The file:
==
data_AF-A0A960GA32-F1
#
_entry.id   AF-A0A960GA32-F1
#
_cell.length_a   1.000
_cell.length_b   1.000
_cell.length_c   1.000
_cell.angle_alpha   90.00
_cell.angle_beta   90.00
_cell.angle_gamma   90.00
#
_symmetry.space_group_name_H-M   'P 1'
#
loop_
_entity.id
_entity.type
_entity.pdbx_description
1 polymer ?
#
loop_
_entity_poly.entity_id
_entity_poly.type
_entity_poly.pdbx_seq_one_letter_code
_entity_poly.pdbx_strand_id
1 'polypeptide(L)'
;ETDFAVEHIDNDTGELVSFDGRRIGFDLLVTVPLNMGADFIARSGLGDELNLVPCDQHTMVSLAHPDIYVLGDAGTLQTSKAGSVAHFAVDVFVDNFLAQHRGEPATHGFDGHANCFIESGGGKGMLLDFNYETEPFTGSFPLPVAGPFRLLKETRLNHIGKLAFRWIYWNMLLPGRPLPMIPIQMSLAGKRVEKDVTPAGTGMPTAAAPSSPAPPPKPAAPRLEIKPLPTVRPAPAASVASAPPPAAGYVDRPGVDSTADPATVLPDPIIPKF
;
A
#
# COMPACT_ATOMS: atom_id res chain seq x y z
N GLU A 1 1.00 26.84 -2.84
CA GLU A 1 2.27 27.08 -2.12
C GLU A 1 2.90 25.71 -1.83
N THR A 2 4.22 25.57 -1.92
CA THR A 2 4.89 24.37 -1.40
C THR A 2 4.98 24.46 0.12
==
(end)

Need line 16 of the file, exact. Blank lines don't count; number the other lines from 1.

_entity.type